The biggest issue facing the services industry today is that we have run out of silver bullets, BandAids and scapegoats. In order to get to Robotistan, you need to finally look deeply into your underbelly of messy processes, spaghetti code, manual workarounds and other funky ways of handling exceptions. Moreover, you need to look at your people and figure out how to foster a culture of inclusion and innovation. Most enterprises have been stagnating for years, but as the guinea pigs find their way through their shock and awe of having to conduct real surgery – and psychotherapy – on themselves, a new rulebook that guides us through the steps we have to take to learn, think, calculate and act, will emerge that many of the laggards will gleefully follow.
Posted in : Robotic Process Automation
This stuff is easy, just POC it, you can record it in days, you should be doing this quickly, you can buy licenses for just the tasks you need to automate- that is serious smoke pushed out in the RPA market.
Whilst I agree change management is necessary to make existing processes automation-ready and to deploy the technology effectively is a key issue, there is an undeniable technology issue as well here.
A lot of the technology and the approach to adopt RPA is sold as a silver bullet, but the easy stuff is going to make the situation worse over the months as it is outdated or unfit for such purposes.
Automating business processes is complex stuff, requiring a lot of due diligence, designing, development and testing. It needs to be done efficiently and not quickly in a rush, as that will create an enormous risk for adopting businesses.
Back in the old days, there was a saying for this: “Your mess for less…”.
It would be a shame indeed if RPA merely ends up being cost arbitrage on steroids, instead of an actual opportunity to clean up the underbellies of hodge-podge, sub-par processes.
This is a great article Phil. LIKE.
I subscribe to simplification and automation. Commonly, focus will only be on driving costs down, instead of also looking for ways to drive value up. If your RPA method doesn’t result in more simple, elegant processes that deliver better a customer experience, you are not doing it right. Even better when we can take away pain for the user too.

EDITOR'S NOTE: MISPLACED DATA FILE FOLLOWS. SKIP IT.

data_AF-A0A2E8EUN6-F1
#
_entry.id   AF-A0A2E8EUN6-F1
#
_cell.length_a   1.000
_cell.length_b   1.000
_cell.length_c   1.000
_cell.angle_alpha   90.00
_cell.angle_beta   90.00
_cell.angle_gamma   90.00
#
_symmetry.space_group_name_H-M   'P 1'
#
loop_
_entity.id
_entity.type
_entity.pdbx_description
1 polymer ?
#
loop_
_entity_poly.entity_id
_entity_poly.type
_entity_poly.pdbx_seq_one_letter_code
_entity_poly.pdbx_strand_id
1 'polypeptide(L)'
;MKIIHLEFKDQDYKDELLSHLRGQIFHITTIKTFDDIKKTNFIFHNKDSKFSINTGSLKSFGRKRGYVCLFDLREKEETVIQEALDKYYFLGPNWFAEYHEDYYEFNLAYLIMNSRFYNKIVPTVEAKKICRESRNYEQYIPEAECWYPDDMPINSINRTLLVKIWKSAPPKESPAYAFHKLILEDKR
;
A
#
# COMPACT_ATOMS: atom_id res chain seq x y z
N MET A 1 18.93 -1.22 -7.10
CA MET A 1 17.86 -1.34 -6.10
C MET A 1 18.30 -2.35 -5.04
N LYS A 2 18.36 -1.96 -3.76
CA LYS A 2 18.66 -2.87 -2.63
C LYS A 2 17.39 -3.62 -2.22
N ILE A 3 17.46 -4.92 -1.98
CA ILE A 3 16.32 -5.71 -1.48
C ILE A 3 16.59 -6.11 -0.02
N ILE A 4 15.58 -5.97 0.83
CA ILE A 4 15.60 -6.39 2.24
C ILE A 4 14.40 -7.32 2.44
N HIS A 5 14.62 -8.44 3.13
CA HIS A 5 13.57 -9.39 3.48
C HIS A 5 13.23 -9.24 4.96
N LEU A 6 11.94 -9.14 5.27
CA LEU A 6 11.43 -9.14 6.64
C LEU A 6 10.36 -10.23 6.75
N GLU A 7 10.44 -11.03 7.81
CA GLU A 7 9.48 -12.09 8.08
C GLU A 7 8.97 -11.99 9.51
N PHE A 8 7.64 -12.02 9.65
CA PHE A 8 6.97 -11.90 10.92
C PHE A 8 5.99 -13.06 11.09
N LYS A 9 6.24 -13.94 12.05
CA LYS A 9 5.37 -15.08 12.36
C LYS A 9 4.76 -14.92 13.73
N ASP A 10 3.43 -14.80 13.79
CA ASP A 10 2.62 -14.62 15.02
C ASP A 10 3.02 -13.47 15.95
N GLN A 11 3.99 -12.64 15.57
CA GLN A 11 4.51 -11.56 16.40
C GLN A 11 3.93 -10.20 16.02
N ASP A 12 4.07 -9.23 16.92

Ensure the bots are making human work easier and let’s not automate waste.
Food for thought for many a buying organisation, thanks Phil. Coordinated lean, data, RPA, AI, technology and people transformation…. Great cat.
@Eric: The similaries are frightening!
Excellent perspective! The lack of operational change management and addressing the people-side of automation is limiting the benefits to be realized.
Jon: So how would you re-engineer and simplify your process by automation if the tooling and approach for RPA being sold takes you away from doing just that and instead forces you to record up what you have as existing by making a pitch that you should be doing this quickly than in a pragmatic way? Once automated the process would anyways be 2-3 times faster.
Agree basic recording can still make it faster Deepak but it also automates the waste and delays. We find some steps can be simplified or even eliminated using lean thinking and tackling the issues in the article. BluePrism is also very effective RPA software because it’s object based. Easier to change and improve than basic recording applications.
They actually are frighteningly similar. I guess everyday a sucker is born and the deeper pockets they’ve got the better. Its just that the mousetrap design change but the mouse and the trap remain the same.
I agree with Jon on the front and want to add that one of crucial step in the automation journey of any firm is to select the right processes that should be automated. If this step is not executed tightly it can make your wall fall. Consulting firms typically push the client to select as many processes as they can eventually resulting in higher costs at a later stage.
In the earlier ERP era, many companies completed a BPR exercise alongwith ERP implementation. A strong process re-engineering coupled with RPA tools will provide a good ROI for RPA implementation. At Datamatics, we have our own RPA suite and provide both implementation services and a cost effective BOT licenses.